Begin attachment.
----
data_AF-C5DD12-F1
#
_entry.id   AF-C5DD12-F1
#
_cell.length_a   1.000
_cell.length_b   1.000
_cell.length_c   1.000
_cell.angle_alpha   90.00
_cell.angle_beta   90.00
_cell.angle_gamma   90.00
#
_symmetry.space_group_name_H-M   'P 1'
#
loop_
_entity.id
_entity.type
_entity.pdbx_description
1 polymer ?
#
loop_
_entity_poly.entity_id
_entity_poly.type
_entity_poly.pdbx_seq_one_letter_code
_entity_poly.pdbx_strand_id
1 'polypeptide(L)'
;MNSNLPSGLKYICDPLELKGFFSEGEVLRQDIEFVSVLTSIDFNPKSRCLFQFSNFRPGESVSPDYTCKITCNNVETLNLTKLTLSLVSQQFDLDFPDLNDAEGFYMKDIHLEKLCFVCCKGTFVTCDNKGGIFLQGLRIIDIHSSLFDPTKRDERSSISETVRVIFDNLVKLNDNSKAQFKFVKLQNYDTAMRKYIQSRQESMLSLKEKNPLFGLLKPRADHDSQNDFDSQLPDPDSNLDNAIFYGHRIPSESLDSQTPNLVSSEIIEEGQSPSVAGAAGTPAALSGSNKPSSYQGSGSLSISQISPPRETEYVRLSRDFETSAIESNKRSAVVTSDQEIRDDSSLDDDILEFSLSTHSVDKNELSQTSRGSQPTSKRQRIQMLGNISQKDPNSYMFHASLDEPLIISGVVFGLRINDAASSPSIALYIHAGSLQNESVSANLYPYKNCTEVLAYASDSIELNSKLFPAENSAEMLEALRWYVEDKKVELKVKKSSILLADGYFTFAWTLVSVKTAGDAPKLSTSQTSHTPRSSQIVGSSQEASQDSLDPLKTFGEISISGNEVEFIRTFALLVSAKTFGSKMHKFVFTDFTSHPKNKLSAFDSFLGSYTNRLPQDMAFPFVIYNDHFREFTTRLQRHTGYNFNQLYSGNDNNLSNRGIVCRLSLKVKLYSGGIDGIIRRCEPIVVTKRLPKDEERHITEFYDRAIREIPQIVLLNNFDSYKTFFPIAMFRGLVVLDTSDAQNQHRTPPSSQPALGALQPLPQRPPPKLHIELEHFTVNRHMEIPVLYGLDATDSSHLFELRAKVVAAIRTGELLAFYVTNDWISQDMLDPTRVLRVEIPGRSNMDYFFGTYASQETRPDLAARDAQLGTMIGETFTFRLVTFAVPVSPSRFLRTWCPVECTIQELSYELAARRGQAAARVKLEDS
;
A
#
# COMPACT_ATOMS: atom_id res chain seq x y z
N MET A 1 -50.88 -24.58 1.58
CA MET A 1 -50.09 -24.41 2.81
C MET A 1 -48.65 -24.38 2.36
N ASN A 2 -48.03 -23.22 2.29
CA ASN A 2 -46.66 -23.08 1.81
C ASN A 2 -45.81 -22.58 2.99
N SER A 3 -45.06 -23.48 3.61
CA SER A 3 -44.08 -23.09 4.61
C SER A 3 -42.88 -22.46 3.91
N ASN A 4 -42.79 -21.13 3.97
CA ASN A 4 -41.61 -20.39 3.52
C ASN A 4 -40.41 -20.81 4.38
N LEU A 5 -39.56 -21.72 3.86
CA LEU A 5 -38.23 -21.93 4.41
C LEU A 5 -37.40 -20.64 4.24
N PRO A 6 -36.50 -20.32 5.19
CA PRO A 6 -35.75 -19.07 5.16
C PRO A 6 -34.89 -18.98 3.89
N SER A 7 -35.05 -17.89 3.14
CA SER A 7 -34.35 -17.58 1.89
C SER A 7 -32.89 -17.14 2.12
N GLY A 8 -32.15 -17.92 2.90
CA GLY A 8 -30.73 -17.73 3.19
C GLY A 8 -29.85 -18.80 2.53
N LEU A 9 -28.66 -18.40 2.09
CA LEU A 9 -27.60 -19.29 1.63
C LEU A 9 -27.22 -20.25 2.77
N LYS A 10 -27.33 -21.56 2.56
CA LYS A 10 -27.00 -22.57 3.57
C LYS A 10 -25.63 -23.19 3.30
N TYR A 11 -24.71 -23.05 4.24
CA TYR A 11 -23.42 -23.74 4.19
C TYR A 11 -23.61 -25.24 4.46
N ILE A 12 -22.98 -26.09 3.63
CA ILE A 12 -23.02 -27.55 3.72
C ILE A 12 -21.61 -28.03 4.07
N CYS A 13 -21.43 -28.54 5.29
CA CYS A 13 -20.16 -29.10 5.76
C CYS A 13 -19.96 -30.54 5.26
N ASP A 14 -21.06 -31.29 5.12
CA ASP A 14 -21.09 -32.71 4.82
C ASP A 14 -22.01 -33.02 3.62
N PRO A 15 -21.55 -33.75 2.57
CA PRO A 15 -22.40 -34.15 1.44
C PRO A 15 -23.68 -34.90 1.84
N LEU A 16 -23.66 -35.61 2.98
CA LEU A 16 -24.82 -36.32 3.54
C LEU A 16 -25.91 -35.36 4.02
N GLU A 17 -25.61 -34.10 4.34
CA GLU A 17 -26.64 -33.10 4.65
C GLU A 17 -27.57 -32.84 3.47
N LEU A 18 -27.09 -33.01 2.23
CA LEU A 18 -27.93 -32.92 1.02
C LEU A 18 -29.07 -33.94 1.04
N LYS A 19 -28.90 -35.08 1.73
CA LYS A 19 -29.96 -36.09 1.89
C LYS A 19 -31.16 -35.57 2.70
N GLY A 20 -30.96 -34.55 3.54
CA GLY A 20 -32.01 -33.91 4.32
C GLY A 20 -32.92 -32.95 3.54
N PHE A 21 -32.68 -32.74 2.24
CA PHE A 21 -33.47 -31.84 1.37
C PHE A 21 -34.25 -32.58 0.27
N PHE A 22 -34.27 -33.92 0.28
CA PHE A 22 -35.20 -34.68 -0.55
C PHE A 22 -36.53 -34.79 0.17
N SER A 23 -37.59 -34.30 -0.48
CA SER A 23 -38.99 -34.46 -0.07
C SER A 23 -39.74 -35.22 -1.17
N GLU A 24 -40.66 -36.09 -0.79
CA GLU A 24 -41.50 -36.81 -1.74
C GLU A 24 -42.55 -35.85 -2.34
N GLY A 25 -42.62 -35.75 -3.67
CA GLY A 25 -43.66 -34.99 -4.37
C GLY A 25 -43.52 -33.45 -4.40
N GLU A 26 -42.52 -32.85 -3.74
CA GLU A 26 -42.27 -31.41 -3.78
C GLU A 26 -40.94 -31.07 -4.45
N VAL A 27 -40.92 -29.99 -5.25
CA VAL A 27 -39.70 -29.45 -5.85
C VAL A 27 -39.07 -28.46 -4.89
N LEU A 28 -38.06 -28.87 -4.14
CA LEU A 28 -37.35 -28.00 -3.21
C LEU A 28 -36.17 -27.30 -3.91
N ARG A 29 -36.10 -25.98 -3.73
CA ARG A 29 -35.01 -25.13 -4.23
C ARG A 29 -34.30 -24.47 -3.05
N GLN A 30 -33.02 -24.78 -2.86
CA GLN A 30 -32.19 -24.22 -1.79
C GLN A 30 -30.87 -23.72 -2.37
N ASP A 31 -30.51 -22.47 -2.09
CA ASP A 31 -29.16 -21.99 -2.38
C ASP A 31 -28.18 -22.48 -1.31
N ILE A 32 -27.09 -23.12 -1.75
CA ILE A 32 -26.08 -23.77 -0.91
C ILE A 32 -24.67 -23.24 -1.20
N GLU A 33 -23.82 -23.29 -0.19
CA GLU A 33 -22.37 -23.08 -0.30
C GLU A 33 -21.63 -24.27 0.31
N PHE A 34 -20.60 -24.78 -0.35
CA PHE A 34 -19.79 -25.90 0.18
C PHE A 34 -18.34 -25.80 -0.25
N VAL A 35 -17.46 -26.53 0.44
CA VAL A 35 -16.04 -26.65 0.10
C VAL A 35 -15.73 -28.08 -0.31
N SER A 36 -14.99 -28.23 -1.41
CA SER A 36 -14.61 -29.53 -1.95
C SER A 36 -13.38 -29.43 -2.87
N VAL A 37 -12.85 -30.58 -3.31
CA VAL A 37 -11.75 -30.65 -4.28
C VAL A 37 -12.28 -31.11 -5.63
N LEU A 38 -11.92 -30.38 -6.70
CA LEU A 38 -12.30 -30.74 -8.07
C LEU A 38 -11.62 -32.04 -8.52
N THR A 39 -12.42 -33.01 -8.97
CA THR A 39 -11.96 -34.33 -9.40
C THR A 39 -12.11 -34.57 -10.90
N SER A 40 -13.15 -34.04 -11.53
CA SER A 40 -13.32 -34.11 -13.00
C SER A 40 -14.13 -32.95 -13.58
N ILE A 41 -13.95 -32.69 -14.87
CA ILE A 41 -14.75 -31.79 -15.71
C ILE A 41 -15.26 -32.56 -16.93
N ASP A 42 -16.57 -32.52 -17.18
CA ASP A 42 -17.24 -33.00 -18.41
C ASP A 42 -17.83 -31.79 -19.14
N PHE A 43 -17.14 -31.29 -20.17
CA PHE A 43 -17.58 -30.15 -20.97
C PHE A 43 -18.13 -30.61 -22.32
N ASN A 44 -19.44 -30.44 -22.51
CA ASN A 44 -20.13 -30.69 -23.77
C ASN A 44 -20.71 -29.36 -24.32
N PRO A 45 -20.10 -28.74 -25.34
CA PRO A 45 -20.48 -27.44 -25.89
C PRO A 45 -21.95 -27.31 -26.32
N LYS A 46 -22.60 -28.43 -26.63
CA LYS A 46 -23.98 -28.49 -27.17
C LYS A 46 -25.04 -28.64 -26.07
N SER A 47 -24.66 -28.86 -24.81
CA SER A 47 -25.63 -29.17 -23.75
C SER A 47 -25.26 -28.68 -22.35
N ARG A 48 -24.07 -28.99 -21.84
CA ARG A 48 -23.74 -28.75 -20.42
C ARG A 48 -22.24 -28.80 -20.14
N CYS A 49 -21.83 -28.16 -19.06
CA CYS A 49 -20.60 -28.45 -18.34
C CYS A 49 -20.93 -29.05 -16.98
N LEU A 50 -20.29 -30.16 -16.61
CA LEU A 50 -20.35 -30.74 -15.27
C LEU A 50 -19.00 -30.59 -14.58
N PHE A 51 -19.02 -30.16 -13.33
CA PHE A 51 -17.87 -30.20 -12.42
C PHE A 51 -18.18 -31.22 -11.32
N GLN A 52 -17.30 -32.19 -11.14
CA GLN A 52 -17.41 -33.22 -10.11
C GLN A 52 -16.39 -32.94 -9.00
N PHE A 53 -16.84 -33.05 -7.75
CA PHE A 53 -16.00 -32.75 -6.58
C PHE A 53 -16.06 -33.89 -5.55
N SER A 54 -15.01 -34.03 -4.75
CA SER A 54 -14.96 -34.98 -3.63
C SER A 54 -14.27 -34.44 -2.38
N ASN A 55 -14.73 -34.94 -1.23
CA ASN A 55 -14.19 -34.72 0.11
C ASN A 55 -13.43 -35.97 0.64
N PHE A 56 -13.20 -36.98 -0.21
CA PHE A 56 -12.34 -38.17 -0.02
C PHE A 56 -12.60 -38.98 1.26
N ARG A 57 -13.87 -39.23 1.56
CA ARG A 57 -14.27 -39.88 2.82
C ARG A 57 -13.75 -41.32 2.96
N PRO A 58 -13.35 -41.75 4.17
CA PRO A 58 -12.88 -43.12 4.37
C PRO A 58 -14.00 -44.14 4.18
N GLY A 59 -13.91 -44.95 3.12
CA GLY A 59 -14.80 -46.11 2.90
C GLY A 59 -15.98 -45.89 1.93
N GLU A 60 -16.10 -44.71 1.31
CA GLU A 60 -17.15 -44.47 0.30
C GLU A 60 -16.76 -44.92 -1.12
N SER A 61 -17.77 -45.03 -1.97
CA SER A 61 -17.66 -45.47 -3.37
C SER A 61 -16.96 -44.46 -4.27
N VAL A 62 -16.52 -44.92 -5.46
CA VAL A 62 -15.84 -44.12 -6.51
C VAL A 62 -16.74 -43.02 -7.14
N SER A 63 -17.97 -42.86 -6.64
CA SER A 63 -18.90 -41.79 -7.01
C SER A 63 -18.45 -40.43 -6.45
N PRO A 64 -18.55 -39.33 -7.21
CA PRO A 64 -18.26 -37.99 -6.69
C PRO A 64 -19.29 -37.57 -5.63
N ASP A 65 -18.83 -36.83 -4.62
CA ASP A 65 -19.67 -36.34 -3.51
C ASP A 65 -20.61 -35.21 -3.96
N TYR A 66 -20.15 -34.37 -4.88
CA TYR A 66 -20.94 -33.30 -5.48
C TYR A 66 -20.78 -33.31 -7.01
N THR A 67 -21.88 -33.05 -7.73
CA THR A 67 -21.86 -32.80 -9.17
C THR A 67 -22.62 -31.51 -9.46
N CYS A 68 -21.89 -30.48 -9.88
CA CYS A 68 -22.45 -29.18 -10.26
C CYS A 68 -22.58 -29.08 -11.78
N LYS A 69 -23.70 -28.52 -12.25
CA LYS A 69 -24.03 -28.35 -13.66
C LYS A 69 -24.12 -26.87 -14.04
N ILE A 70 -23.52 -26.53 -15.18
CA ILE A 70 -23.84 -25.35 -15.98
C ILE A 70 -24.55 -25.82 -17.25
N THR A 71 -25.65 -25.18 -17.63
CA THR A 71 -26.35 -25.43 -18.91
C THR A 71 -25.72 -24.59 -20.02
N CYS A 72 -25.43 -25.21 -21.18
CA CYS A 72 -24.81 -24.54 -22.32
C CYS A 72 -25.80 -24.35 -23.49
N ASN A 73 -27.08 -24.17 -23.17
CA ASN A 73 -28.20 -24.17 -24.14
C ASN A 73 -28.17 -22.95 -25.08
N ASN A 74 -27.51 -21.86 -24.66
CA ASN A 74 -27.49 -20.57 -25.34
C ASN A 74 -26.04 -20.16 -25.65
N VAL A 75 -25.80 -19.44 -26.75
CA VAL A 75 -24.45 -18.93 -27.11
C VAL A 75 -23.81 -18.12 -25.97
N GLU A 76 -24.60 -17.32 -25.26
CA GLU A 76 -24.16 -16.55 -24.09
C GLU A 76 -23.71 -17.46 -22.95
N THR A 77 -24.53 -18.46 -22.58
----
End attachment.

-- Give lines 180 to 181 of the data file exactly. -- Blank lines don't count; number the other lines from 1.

C LEU A 50 -19.00 -30.59 -14.58
N PHE A 51 -19.02 -30.16 -13.33